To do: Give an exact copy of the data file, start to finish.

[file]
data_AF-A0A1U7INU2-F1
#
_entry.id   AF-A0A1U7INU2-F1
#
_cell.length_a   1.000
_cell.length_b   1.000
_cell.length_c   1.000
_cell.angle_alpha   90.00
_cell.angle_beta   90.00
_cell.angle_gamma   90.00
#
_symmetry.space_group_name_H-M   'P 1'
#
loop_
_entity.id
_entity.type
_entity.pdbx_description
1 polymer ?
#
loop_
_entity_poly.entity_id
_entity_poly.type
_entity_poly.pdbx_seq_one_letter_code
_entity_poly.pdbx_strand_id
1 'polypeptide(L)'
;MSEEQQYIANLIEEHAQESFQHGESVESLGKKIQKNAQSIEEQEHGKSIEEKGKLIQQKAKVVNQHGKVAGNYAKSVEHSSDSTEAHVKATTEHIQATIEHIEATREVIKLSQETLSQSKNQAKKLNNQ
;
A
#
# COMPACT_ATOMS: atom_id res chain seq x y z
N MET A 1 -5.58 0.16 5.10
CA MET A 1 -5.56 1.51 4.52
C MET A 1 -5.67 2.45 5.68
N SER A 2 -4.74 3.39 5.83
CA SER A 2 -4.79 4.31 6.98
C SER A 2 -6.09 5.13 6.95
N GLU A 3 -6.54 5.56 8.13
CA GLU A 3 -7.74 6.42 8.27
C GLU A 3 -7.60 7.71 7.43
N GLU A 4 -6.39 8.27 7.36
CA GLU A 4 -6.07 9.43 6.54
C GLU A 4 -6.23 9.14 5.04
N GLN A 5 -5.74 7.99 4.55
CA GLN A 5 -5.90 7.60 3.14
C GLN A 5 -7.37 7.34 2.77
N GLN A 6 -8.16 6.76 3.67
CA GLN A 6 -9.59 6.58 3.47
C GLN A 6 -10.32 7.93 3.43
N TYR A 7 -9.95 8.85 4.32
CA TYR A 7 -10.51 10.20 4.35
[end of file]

data_AF-A0A1U7INU2-F1
#
_entry.id   AF-A0A1U7INU2-F1
#
_cell.length_a   1.000
_cell.length_b   1.000
_cell.length_c   1.000
_cell.angle_alpha   90.00
_cell.angle_beta   90.00
_cell.angle_gamma   90.00
#
_symmetry.space_group_name_H-M   'P 1'
#
loop_
_entity.id
_entity.type
_entity.pdbx_description
1 polymer ?
#
loop_
_entity_poly.entity_id
_entity_poly.type
_entity_poly.pdbx_seq_one_letter_code
_entity_poly.pdbx_strand_id
1 'polypeptide(L)'
;MSEEQQYIANLIEEHAQESFQHGESVESLGKKIQKNAQSIEEQEHGKSIEEKGKLIQQKAKVVNQHGKVAGNYAKSVEHSSDSTEAHVKATTEHIQATIEHIEATREVIKLSQETLSQSKNQAKKLNNQ
;
A
#
# COMPACT_ATOMS: atom_id res chain seq x y z
N MET A 1 -5.58 0.16 5.10
CA MET A 1 -5.56 1.51 4.52
C MET A 1 -5.67 2.45 5.68
N SER A 2 -4.74 3.39 5.83
CA SER A 2 -4.79 4.31 6.98
C SER A 2 -6.09 5.13 6.95
N GLU A 3 -6.54 5.56 8.13
CA GLU A 3 -7.74 6.42 8.27
C GLU A 3 -7.60 7.71 7.43
N GLU A 4 -6.39 8.27 7.36
CA GLU A 4 -6.07 9.43 6.54
C GLU A 4 -6.23 9.14 5.04
N GLN A 5 -5.74 7.99 4.55
CA GLN A 5 -5.90 7.60 3.14
C GLN A 5 -7.37 7.34 2.77
N GLN A 6 -8.16 6.76 3.67
CA GLN A 6 -9.59 6.58 3.47
C GLN A 6 -10.32 7.93 3.43
N TYR A 7 -9.95 8.85 4.32
CA TYR A 7 -10.51 10.20 4.35